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27 Indiana J. Global Legal Studies 289 (2020)


In the first section of the article, I will discuss Omar's case to show why he did not have a fair trial, and particularly how his rights to access to justice and to defense were infringed, both by the public defense he was provided and by the judges that decided his case.

In the second section, I will show that Omar's case is a tellingillustration of the features of the Colombian criminal justice system, which systematically and disproportionately sentences and imprisons marginalized and poor people-in great measure because they lack the financial resources to pay for better and more motivated legal counsel.

Thus, Colombian criminal justice does not treat fairly those who have to resort to the public defense system-the majority of those being processed. Given their limited resources, work overload and lack of incentives, public defenders in practice struggle to effectively provide the minimal standards of an adequate, technical defense. Consequently, this puts the accused in a disadvantaged position vis-A-vis the prosecution, which is more powerful and has more means and incentives to perform its task.

In the third section, I will discuss why the government's unfair treatment of the most disadvantaged members of Colombian society is made possible by a system that, in practice, is not impartial, and how this trend has continued, if not worsened, under the new accusatorial model. Within this model, the prosecution and the defense legally stand on equal ground before a judge. The former has to prove beyond a reasonable doubt the accused's guilt, while the latter's function is to protect the rights of the defendant, particularly the presumption of innocence. This arrangement guarantees the proper function of the criminal justice system and the limits of State coercion. But in practice, the structural and financial differences between the Attorney General's office and the public defense system results in a criminal justice system that is not impartial. Instead, the system promotes and provides perverse incentives and instruments in order to efficiently evacuate cases and obtain convictions, giving a structural advantage to the prosecution that is reinforced by the majority of defendants' lack of resources.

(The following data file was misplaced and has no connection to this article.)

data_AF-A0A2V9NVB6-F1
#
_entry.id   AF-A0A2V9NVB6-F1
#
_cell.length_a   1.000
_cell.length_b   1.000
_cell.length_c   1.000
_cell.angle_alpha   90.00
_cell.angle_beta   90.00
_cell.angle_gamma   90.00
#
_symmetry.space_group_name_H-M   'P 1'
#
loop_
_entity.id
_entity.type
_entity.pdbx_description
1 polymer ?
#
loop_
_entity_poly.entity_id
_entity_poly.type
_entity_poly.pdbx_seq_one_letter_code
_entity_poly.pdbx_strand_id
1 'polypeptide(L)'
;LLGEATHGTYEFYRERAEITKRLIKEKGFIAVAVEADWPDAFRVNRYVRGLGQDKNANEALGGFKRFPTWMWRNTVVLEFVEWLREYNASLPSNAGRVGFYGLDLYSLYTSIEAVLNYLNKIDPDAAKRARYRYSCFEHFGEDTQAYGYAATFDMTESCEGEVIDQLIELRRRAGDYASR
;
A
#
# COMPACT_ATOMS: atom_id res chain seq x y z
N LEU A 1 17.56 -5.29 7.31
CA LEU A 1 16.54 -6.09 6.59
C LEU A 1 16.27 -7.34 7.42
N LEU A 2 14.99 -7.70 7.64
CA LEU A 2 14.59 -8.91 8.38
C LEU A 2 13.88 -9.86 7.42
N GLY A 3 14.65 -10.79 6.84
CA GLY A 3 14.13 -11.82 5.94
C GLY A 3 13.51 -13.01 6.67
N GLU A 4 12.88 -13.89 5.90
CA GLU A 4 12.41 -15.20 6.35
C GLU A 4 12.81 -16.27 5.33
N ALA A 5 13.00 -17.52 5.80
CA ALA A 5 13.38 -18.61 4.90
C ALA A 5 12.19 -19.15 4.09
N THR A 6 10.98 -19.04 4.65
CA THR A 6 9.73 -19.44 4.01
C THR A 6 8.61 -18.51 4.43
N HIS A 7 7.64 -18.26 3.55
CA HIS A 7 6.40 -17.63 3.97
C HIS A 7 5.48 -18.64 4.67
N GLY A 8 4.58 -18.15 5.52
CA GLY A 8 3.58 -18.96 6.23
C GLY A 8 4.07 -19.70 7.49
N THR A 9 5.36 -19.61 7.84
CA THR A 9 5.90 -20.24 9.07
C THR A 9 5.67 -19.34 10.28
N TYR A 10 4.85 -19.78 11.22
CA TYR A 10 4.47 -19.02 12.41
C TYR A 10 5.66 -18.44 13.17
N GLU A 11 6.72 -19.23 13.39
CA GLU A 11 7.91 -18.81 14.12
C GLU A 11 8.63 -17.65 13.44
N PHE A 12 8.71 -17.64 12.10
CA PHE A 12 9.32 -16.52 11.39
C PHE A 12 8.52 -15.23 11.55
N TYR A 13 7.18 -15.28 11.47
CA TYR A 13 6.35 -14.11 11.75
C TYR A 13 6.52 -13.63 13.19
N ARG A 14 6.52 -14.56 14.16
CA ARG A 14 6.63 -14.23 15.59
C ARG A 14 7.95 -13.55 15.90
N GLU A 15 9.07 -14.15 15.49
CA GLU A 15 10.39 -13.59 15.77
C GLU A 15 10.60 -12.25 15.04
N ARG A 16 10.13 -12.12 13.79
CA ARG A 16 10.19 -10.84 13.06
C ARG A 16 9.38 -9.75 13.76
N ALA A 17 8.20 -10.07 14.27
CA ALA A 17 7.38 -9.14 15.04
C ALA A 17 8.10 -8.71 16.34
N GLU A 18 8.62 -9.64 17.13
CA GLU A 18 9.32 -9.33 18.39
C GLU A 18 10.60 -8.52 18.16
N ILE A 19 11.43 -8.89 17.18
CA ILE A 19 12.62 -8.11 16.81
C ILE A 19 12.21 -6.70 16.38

In the fourth section, I will show that such bias is endorsed by the judiciary, who ought to oversee the performance of the parties during a trial to guarantee fairness and the rights of the accused. Even though courts should be impartial in applying the law, they should also favor the protection of defendants' constitutional rights, for they are the most vulnerable party when the State exercises its coercive powers. In a democracy and under the rule of law, these coercive powers must be constrained and kept in check. But in practice, the 'neutrality' of judges tends to transform into a kind of routine callousness, indifferent to the actual situation of those being prosecuted and the effective protection of their rights. Altogether, the supposed 'impartiality' of the system actually works against the interests of the accused, which makes their rights to defense and to access to justice a legal fiction, rather than a working practice.

In the fifth section I will discuss how and why the performance of the Colombian criminal justice and its accusatorial model is not unique or merely anecdotic, but an illustration of a worrisome and increasing trend in many Latin American and global north countries, such as the United States. This trend is linked to a political economy of punishment, where the political, economic, and social transformations in these countries during the last three decades have consolidated a type of liberal democracy that is increasingly unequal and excluding under the rules of market capitalism. Such democracies have a propensity to protect the civil and political rights of the middle and upper classes as well as the market economy that sustains them. This propensity is to the detriment of the social and economic rights of the poorer classes, gradually excluding them from the economy and polity, and progressively dealing with them through repressive policies, among which criminal policies have become salient.

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